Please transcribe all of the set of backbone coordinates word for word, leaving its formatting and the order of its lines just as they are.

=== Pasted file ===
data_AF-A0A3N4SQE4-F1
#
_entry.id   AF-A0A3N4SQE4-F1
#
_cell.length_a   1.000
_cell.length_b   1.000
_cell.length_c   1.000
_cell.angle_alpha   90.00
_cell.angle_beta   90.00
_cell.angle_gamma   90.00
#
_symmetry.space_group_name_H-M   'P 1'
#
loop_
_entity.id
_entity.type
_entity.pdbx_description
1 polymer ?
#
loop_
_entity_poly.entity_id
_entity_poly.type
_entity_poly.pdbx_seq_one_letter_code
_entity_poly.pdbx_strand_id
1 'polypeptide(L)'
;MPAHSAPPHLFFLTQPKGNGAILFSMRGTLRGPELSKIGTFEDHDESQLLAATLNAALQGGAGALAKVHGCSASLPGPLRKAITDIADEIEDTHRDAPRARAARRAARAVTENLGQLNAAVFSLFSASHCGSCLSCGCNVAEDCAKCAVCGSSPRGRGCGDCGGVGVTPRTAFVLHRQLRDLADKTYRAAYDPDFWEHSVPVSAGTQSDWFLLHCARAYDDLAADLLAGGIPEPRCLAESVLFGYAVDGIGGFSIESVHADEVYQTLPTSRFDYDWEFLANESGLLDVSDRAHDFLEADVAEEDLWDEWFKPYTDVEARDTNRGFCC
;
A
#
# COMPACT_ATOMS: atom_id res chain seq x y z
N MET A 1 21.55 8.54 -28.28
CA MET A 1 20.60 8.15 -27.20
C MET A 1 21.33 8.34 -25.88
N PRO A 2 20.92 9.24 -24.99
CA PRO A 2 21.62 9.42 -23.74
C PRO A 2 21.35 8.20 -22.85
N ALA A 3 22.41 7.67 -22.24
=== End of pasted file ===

data_AF-A0A3N4SQE4-F1
#
_entry.id   AF-A0A3N4SQE4-F1
#
_cell.length_a   1.000
_cell.length_b   1.000
_cell.length_c   1.000
_cell.angle_alpha   90.00
_cell.angle_beta   90.00
_cell.angle_gamma   90.00
#
_symmetry.space_group_name_H-M   'P 1'
#
loop_
_entity.id
_entity.type
_entity.pdbx_description
1 polymer ?
#
loop_
_entity_poly.entity_id
_entity_poly.type
_entity_poly.pdbx_seq_one_letter_code
_entity_poly.pdbx_strand_id
1 'polypeptide(L)'
;MPAHSAPPHLFFLTQPKGNGAILFSMRGTLRGPELSKIGTFEDHDESQLLAATLNAALQGGAGALAKVHGCSASLPGPLRKAITDIADEIEDTHRDAPRARAARRAARAVTENLGQLNAAVFSLFSASHCGSCLSCGCNVAEDCAKCAVCGSSPRGRGCGDCGGVGVTPRTAFVLHRQLRDLADKTYRAAYDPDFWEHSVPVSAGTQSDWFLLHCARAYDDLAADLLAGGIPEPRCLAESVLFGYAVDGIGGFSIESVHADEVYQTLPTSRFDYDWEFLANESGLLDVSDRAHDFLEADVAEEDLWDEWFKPYTDVEARDTNRGFCC
;
A
#
# COMPACT_ATOMS: atom_id res chain seq x y z
N MET A 1 21.55 8.54 -28.28
CA MET A 1 20.60 8.15 -27.20
C MET A 1 21.33 8.34 -25.88
N PRO A 2 20.92 9.24 -24.99
CA PRO A 2 21.62 9.42 -23.74
C PRO A 2 21.35 8.20 -22.85
N ALA A 3 22.41 7.67 -22.24